Robotics Firm Unveils New Type-X Robotic Combat Vehicle

The Type-X Robotic Combat Vehicle acts as an "intelligent wingman" to ground troops.
Chris Young
The photo credit line may appear like thisMilrem Robotics/YouTube

Estonian robotics and autonomous systems company Milrem Robotics revealed this week that its Type-X Robotic Combat Vehicle (RVC) passed initial mobility tests.

First announced in the summer of last year, the Type-X RVC was designed to support battle tanks and infantry fighting vehicles in combat and, in doing so, lower lethality risk for soldiers on the battlefield.

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Milrem Robotics' Type-X RCV

The Type-X is designed to be adaptable: it can be fitted with a cannon of up to 50 mm. With up to a 30 mm cannon the RCV is airdroppable.

By taking on the most dangerous tasks and positions, Milrem Robotics says, the Type-X acts as an "intelligent wingman" by taking on the risk of humans, Milrem Robotics explains.

"The Type-X will provide equal or overmatching firepower and tactical usage to a unit equipped with Infantry Fighting vehicles. It provides means to breach enemy defensive positions with minimal risk for own troops and replacing a lost RCV is purely a logistical nuance," says Kuldar Väärsi, CEO of Milrem Robotics.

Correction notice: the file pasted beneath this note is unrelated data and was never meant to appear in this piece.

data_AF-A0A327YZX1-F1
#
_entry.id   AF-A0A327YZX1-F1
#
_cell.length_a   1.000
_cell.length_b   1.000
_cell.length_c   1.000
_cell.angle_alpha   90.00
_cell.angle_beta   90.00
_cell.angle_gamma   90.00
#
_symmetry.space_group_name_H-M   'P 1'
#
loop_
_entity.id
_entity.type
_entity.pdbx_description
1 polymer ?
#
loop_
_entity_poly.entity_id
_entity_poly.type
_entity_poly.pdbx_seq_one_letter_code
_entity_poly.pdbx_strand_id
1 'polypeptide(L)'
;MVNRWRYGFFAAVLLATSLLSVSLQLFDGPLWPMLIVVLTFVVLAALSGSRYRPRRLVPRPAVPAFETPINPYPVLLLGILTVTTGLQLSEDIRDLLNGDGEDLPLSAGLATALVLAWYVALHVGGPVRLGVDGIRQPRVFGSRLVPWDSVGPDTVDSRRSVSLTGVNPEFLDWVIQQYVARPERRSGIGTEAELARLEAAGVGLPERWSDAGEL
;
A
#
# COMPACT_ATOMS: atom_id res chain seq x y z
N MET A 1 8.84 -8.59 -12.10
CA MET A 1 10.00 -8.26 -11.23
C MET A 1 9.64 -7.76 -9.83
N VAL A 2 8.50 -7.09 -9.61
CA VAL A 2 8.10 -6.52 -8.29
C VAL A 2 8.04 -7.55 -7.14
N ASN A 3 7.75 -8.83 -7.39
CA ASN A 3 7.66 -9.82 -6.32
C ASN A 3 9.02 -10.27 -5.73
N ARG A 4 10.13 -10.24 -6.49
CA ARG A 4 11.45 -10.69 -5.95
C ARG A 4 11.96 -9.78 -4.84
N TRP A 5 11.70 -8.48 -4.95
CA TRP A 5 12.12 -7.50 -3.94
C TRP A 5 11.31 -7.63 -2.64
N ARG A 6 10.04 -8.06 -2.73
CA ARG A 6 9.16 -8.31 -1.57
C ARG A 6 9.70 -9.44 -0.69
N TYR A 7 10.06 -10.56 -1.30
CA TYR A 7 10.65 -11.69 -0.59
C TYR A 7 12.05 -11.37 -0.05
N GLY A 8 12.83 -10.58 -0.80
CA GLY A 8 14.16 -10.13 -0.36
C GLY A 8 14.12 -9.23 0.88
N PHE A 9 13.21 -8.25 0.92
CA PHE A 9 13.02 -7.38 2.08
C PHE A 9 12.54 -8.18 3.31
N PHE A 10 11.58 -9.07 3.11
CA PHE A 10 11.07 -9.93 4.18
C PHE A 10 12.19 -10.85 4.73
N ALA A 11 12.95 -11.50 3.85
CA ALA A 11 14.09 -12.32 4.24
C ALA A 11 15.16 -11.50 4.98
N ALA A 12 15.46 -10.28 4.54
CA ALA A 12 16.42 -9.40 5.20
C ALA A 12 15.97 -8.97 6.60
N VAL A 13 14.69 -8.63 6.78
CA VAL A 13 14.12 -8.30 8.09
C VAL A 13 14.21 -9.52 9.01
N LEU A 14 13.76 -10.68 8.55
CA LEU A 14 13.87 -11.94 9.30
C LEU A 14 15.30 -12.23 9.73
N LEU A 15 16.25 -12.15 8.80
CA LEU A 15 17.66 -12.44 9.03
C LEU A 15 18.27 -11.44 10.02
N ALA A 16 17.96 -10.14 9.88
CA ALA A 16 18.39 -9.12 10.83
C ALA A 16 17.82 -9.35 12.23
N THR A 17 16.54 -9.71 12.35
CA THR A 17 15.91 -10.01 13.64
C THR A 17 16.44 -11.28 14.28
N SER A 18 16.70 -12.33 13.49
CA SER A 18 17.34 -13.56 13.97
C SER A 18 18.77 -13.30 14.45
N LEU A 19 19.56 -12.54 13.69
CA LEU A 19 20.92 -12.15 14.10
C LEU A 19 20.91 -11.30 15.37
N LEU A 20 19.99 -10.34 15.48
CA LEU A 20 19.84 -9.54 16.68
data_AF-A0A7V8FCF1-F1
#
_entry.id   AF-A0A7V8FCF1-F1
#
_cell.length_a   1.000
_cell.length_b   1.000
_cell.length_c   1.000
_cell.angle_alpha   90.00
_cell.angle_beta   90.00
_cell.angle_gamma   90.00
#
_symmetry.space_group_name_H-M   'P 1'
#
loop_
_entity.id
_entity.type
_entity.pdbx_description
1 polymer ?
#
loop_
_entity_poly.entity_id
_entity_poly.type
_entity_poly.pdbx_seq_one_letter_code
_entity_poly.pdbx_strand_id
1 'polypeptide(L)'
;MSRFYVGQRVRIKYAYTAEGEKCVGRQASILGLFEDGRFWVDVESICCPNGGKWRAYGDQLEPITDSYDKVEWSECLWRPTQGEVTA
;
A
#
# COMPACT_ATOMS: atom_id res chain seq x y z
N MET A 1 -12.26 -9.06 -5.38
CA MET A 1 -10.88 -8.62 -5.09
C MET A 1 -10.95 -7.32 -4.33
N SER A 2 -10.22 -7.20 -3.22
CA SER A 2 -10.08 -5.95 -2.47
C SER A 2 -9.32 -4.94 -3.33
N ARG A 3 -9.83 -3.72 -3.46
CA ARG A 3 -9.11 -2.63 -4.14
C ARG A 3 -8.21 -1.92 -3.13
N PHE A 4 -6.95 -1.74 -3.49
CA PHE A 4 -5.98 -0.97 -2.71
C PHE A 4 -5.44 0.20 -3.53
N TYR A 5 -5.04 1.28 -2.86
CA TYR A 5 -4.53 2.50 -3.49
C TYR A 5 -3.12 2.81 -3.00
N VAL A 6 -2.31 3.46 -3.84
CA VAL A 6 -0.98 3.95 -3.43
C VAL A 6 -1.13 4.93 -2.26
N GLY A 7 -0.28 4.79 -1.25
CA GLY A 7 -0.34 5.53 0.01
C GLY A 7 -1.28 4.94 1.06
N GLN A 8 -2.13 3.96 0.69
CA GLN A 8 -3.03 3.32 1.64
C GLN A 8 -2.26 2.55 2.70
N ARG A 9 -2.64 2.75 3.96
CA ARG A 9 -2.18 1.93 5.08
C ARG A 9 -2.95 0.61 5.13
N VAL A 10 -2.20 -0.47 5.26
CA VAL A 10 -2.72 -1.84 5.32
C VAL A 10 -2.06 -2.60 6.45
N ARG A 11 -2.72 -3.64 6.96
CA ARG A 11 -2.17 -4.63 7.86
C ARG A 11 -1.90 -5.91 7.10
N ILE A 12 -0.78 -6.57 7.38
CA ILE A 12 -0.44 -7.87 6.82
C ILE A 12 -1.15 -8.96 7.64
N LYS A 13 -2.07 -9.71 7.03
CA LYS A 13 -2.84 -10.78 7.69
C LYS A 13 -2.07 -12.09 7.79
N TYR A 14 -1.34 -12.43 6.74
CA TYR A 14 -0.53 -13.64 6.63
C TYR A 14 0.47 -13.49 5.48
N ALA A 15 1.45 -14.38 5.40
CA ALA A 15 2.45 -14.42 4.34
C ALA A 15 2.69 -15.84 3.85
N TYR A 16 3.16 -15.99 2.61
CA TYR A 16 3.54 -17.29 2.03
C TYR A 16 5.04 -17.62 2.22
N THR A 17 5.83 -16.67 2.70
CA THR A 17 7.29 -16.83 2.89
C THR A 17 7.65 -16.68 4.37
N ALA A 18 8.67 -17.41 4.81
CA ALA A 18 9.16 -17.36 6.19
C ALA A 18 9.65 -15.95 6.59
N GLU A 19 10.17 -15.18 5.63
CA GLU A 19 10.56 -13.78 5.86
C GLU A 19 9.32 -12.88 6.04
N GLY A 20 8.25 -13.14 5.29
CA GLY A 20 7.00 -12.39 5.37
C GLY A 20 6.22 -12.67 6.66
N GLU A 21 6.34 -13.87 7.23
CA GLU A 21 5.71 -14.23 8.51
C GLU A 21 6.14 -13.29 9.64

'Intelligent functions' and 'Artificial Inteligence'

The Type-X weighs a relatively low 12 tons (10,886 kg) and has a low height of 2.2 m and a rear-engine, meaning it provides a low visual and heat signature. The RCV's "efficient power management provides a superior terrain capability," Milrem Robotics states.

"The vehicle will be equipped with intelligent functions such as follow-me, waypoint navigation, and obstacle detection with Artificial Intelligence being part of the algorithms," Väärsi explains. "Also, Milrem Robotics’ software developers have taken a totally new and innovative approach to allow remote controlled operations on higher speeds."

In order to develop the Type-X RCV, Milrem Robotics drew from the wealth of knowledge gained when developing its flagship THeMIS Unmanned Ground Vehicle, which has already been acquired by ten countries, seven of which are NATO members.

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